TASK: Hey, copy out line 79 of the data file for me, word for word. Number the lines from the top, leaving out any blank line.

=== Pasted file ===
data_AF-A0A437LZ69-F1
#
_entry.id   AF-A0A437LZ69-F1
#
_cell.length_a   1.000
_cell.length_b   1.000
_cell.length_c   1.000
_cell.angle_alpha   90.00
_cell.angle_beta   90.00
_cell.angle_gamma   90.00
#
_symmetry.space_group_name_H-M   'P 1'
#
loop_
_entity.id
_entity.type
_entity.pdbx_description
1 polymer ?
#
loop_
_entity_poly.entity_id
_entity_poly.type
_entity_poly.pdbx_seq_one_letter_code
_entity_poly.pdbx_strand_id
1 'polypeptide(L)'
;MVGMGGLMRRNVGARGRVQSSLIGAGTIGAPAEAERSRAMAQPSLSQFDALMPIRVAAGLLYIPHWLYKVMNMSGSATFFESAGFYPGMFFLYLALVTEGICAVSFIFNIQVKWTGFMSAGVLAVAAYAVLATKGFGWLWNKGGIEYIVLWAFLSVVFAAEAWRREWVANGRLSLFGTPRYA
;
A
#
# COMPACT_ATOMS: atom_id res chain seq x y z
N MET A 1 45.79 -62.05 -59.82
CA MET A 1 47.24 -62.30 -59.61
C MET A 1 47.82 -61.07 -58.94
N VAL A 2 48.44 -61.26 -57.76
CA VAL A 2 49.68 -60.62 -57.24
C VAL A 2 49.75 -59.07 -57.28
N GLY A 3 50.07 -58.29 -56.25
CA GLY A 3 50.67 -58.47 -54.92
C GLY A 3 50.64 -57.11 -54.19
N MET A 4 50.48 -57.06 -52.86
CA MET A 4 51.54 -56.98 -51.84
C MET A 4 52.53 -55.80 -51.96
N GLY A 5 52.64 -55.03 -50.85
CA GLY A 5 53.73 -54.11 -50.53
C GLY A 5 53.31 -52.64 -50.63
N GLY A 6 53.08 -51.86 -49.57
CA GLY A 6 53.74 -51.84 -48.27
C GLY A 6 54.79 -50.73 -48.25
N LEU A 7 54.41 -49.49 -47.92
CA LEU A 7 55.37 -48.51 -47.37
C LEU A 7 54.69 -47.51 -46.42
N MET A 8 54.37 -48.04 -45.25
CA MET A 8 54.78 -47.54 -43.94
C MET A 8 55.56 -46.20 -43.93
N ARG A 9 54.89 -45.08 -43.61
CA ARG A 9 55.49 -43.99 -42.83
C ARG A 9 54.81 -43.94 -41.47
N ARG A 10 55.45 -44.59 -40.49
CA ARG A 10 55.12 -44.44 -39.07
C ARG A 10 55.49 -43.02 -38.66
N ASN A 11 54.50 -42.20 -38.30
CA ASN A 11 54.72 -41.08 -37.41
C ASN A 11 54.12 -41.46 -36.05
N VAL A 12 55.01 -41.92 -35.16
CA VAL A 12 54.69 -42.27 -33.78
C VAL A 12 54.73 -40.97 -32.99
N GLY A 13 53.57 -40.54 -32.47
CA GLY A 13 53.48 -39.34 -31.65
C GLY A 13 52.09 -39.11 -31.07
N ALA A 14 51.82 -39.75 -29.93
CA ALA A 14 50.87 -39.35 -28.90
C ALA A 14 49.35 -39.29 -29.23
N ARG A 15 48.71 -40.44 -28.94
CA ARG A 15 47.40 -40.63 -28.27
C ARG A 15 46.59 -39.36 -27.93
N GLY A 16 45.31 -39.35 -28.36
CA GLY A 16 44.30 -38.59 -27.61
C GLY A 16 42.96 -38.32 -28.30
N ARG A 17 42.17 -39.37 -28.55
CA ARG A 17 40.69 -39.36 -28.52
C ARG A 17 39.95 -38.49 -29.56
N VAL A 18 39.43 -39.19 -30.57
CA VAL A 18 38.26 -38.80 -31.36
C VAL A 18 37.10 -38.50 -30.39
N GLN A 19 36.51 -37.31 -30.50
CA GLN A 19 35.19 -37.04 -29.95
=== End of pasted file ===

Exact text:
N ARG A 17 42.17 -39.37 -28.55